South African languages number 11.
What are the official languages?
There are 11 officially recognised languages – English, Afrikaans, Ndebele, Sepedi, Xhosa, Venda, Tswana, Southern Sotho, Zulu, Swazi, or SiSwati, and Tsonga.
There are further dialects as well. For instance the languages of the Khoi, San and Nama people, considered the First People of the Cape, Hindi, Sign language and even Portuguese.
Why so many languages?
Whilst most South Africans speak an indigenous mother language, they often end up using either English or Afrikaans at work and school, which has led to a claim by experts at a local university (Wits) that indigenous South African languages are on the decline.
If you consider that the decision to recognise so many South African languages was to promote indigenous tongues that, before 1994, were disregarded by government, this decline is sad.
Will I get away with English?
If you are travelling to South Africa, the good news is that you will get away with speaking English just about everywhere. English is used in business, public service and commerce.
Interestingly, English is spoken only by about 8% of the country’s population as a mother tongue, but is used by just about everyone when it comes to communicating across the language barrier.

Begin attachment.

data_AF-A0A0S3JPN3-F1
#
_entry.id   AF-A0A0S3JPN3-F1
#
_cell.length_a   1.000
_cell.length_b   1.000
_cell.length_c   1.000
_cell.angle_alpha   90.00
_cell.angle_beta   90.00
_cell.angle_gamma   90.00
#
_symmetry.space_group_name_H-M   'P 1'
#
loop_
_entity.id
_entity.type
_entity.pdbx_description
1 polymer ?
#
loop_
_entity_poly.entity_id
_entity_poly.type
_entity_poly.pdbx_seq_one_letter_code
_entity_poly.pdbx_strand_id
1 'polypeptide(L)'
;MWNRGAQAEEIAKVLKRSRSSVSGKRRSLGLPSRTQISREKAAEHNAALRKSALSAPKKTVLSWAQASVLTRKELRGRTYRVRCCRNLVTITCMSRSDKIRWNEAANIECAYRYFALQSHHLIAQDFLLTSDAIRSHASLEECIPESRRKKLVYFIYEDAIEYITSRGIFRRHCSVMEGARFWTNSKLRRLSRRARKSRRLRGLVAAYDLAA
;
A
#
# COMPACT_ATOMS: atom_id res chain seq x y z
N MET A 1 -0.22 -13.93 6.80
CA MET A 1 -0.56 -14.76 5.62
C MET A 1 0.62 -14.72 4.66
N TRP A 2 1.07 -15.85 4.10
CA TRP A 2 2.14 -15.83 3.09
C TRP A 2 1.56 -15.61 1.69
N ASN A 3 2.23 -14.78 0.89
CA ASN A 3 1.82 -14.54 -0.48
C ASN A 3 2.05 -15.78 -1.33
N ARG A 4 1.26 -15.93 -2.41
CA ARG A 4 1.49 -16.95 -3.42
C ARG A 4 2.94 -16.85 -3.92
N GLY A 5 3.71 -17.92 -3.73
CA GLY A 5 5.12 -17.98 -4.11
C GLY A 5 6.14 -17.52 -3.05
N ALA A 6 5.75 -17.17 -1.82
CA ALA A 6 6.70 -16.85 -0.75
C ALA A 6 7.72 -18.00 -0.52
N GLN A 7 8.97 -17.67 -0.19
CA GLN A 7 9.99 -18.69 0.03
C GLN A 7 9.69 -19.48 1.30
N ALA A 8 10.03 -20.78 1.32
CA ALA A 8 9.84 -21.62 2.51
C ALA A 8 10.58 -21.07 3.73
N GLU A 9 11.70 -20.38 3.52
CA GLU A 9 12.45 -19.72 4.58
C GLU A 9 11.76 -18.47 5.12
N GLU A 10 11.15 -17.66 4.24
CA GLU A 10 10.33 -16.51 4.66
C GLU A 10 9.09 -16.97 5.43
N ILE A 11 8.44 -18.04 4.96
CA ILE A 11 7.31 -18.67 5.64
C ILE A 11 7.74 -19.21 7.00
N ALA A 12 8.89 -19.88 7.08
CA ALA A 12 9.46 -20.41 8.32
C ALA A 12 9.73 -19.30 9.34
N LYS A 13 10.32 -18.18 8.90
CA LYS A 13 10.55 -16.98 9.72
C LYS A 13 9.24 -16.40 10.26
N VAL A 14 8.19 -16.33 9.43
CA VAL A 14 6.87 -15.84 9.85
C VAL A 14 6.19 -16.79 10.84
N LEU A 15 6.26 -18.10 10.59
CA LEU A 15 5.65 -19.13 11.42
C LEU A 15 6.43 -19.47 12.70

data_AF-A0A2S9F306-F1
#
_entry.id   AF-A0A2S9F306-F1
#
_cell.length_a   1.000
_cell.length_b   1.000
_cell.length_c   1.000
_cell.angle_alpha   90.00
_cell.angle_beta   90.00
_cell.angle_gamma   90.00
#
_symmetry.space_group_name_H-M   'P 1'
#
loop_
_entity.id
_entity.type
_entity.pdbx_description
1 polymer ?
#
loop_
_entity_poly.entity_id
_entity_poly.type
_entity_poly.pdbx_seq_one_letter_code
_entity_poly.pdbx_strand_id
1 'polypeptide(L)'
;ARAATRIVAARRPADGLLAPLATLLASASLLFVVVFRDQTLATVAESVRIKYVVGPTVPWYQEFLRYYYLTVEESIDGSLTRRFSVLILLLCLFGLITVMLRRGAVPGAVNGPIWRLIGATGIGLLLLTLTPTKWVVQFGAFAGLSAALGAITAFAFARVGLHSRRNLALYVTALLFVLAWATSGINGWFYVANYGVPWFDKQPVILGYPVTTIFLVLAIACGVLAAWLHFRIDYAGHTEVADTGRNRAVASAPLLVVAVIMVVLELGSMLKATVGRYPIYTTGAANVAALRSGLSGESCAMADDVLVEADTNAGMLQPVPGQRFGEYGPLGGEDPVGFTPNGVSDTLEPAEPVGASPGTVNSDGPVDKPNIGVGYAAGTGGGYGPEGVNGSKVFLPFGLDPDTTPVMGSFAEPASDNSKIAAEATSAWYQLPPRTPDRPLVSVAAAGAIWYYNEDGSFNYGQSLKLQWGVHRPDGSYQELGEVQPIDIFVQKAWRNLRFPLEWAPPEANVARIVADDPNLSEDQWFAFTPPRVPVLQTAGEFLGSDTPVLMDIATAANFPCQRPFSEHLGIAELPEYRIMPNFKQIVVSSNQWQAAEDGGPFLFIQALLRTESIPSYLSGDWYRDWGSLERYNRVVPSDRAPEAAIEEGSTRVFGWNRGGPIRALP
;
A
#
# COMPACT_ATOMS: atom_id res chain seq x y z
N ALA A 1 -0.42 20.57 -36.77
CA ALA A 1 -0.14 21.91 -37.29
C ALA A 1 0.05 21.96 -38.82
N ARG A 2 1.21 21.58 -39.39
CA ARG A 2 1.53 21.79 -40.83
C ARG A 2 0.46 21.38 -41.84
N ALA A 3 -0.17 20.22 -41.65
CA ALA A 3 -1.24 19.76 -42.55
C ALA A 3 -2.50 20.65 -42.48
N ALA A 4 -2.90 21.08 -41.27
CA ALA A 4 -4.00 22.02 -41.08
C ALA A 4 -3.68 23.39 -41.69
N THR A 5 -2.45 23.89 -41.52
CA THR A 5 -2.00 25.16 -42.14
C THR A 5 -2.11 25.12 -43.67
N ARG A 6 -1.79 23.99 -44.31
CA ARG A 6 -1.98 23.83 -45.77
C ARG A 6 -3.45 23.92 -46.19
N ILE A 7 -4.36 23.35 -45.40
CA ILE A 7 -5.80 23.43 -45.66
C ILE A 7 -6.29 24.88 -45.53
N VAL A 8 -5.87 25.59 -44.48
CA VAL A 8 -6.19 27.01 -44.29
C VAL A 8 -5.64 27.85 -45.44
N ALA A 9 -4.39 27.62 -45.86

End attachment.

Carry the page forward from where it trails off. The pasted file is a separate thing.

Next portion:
What about South African?
The South African accent is an acquired sound (some have gone as far as to call it ‘sexy’!).
And there are certain South Africanisms you can’t be without.
How to say ‘hello’ in as many of South African languages as possible:
How to say good day, good morning and good evening (this video gets to grips with the Afrikaans ‘ggggg’).
How to say ‘hello’, ‘how are you?’, ‘what is your name?’ (the language of Nelson Mandela and Bishop Tutu).
… and Master your Xhosa click.
Tondani teaches you ‘hello’ (you get to practice your aaahs).
Learn how to say ‘hello’ and more, besides.
Learn the basics, including ‘hello’ in a little over a minute.
Hello, how are you, thank you, goodbye – short and simple.
Which language, in which parts of South Africa?
Zulu – mostly in KwaZulu-Natal.
Xhosa – the Eastern Cape originally, but you’ll find many Xhosa all over the country.
Tsonga – is spoken by the Batsonga people of the Limpopo Lowveld.
Setswana – spoken by the Batswana, comes from the North West of the country.
Venda – is spoken by the Venda people in the Mapungubwe area of Limpopo.
Ndebele – is spoken throughout Gauteng (and also in Limpopo and Mpumalanga).
Sotho comes mainly from Lesotho.
SiSwati – a third of the people living in Mpumalanga speak SiSwati, but it originates in Swaziland.
Plan your trip to South Africa
Xhosa Ladies photograph Courtesy of and © South Africa Tourism